Further, lack of divisibility results in inefficient grid pricing as prices denoted in Galleons only change by Galleons, leading to storing them at Gringotts bank, where withdrawals and deposits are costly, requiring time and lengthy procedures.

Moreover, the Gringotts bank, which has a monopoly, does not serve as an intermediary between savers and investors, nor does it offer loans.

“A naïve reader of Harry Potter would get a distorted view of economics,” said Daniel Levy, one of the authors of the paper. He summed up a list of the lessons we learn from Potterian economics:

  • markets are not fair for transactions are zero sum;
  • markets encourage crony capitalism;
  • capitalists try to enslave the proletariat;
  • businessmen are deceptive and devious;
  • no interest is paid on deposits;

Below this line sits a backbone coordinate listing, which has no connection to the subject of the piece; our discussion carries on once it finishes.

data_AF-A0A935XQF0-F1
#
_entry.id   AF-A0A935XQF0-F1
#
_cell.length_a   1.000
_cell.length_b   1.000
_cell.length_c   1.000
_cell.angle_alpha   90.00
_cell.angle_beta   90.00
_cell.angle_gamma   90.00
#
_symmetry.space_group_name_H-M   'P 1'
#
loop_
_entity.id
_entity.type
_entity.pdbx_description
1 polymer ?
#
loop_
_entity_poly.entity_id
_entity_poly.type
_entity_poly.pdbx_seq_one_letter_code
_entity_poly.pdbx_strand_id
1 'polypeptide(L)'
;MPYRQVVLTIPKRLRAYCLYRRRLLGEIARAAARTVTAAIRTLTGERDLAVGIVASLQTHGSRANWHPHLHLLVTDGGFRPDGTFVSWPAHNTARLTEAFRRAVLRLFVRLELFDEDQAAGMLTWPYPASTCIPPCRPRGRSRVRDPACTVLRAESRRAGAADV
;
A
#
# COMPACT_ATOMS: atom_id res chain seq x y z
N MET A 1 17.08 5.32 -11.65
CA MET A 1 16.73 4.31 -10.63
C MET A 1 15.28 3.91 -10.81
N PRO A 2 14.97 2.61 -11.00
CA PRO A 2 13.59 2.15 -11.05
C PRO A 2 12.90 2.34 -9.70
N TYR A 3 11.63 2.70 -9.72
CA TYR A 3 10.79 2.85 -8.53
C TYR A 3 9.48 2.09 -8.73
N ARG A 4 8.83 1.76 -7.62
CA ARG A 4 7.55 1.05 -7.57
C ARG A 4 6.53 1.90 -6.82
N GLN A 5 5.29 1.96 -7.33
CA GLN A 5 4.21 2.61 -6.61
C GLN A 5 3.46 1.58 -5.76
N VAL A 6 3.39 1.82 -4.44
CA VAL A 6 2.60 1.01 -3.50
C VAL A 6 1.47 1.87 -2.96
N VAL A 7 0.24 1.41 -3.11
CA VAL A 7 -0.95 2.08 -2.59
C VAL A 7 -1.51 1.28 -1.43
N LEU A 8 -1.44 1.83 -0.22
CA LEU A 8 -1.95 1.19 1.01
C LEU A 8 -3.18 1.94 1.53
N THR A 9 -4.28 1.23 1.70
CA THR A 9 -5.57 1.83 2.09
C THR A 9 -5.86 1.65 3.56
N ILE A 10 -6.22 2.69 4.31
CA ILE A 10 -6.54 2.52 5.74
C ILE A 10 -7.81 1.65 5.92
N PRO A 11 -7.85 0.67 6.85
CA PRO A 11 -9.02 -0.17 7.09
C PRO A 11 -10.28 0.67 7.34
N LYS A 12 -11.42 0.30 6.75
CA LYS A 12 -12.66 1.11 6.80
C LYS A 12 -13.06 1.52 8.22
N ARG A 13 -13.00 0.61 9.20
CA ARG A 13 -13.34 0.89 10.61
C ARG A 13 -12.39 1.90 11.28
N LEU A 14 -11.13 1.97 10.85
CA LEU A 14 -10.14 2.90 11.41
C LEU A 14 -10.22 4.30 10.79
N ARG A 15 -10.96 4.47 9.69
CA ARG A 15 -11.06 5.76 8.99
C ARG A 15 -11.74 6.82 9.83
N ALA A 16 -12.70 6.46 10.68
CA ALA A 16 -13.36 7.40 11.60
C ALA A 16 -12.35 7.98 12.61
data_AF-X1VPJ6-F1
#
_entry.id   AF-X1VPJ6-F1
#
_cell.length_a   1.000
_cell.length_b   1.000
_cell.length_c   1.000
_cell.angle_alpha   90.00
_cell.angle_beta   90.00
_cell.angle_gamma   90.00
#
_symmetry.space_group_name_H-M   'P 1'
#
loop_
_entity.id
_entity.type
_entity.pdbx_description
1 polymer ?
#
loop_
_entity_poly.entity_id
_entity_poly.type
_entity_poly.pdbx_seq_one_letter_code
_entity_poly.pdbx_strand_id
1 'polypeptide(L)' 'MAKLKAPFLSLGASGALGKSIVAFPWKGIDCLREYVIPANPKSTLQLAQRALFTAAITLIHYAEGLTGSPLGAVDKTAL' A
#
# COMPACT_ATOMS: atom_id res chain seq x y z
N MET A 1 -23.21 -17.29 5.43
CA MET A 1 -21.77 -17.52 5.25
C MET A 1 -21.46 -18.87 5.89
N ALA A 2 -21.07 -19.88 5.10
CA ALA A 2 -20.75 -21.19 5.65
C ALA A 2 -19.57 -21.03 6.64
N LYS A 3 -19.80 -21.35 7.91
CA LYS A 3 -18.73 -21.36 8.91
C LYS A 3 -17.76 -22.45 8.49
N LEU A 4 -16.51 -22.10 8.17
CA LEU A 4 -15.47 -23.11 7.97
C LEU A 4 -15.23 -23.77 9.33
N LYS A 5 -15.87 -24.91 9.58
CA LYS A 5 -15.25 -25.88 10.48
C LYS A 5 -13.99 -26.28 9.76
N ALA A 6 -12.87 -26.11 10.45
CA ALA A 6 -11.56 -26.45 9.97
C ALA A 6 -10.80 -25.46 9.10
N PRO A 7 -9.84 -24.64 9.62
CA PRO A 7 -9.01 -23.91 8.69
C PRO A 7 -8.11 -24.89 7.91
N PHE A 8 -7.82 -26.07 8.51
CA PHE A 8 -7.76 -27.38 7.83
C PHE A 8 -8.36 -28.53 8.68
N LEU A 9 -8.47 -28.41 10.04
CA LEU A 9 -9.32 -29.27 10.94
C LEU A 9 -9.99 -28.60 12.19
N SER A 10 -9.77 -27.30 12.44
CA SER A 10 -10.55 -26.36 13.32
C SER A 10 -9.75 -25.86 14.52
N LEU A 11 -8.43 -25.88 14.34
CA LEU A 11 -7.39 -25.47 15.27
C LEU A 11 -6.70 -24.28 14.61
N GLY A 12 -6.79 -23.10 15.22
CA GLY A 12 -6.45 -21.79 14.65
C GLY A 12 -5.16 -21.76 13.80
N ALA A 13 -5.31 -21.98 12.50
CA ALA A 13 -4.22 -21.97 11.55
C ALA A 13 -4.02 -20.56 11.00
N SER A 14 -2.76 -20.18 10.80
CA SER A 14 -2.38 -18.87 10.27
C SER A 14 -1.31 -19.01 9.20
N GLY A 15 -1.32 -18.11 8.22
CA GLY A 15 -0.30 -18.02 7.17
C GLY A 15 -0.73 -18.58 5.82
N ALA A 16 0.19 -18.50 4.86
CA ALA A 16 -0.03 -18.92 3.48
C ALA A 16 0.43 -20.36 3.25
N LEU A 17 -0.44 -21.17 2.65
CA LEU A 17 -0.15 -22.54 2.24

• there is a monopoly on information;
  • power is concentrated;
  • ignorance about foreigners is the norm;
  • domestic producers are protected from foreign competition even if they are inefficient;
  • paper checks are non-existent;
  • creative thinking is rare;
  • human capital does not accumulate;
  • public employees have life-time job-security irrespective of their efficiency;
  • the public sector is the default employer;
  • downward social mobility is the norm;
  • the political process is not transparent;
  • wealthy people are mean and unethical;
  • there is a constant class struggle.

Read: 2022: Rise and fall of SME economies start global wars on competency (January 30, 2022)

“The shortcomings listed above characterize many real economies,” Levy wrote. “This perhaps explains why the Potterian economic model resonates with people.”